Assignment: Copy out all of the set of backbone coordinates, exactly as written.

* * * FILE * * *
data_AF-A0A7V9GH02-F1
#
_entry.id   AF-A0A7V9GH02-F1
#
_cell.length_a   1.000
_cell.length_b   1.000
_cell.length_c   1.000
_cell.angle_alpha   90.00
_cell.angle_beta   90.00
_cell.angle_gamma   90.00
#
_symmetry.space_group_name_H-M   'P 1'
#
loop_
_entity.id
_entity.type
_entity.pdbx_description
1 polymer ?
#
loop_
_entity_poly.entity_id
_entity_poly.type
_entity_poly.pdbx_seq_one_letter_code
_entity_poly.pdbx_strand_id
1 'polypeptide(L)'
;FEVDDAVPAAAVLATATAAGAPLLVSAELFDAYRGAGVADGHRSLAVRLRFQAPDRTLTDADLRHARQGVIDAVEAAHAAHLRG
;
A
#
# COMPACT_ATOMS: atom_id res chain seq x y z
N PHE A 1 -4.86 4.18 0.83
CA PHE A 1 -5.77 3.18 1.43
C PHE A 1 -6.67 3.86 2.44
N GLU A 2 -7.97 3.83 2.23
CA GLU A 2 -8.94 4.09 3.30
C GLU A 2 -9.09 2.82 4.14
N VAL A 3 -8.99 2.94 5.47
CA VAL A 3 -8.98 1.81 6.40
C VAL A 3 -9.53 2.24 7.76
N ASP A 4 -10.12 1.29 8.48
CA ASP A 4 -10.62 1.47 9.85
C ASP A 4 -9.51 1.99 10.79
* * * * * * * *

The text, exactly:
data_AF-A0A7V9GH02-F1
#
_entry.id   AF-A0A7V9GH02-F1
#
_cell.length_a   1.000
_cell.length_b   1.000
_cell.length_c   1.000
_cell.angle_alpha   90.00
_cell.angle_beta   90.00
_cell.angle_gamma   90.00
#
_symmetry.space_group_name_H-M   'P 1'
#
loop_
_entity.id
_entity.type
_entity.pdbx_description
1 polymer ?
#
loop_
_entity_poly.entity_id
_entity_poly.type
_entity_poly.pdbx_seq_one_letter_code
_entity_poly.pdbx_strand_id
1 'polypeptide(L)'
;FEVDDAVPAAAVLATATAAGAPLLVSAELFDAYRGAGVADGHRSLAVRLRFQAPDRTLTDADLRHARQGVIDAVEAAHAAHLRG
;
A
#
# COMPACT_ATOMS: atom_id res chain seq x y z
N PHE A 1 -4.86 4.18 0.83
CA PHE A 1 -5.77 3.18 1.43
C PHE A 1 -6.67 3.86 2.44
N GLU A 2 -7.97 3.83 2.23
CA GLU A 2 -8.94 4.09 3.30
C GLU A 2 -9.09 2.82 4.14
N VAL A 3 -8.99 2.94 5.47
CA VAL A 3 -8.98 1.81 6.40
C VAL A 3 -9.53 2.24 7.76
N ASP A 4 -10.12 1.29 8.48
CA ASP A 4 -10.62 1.47 9.85
C ASP A 4 -9.51 1.99 10.79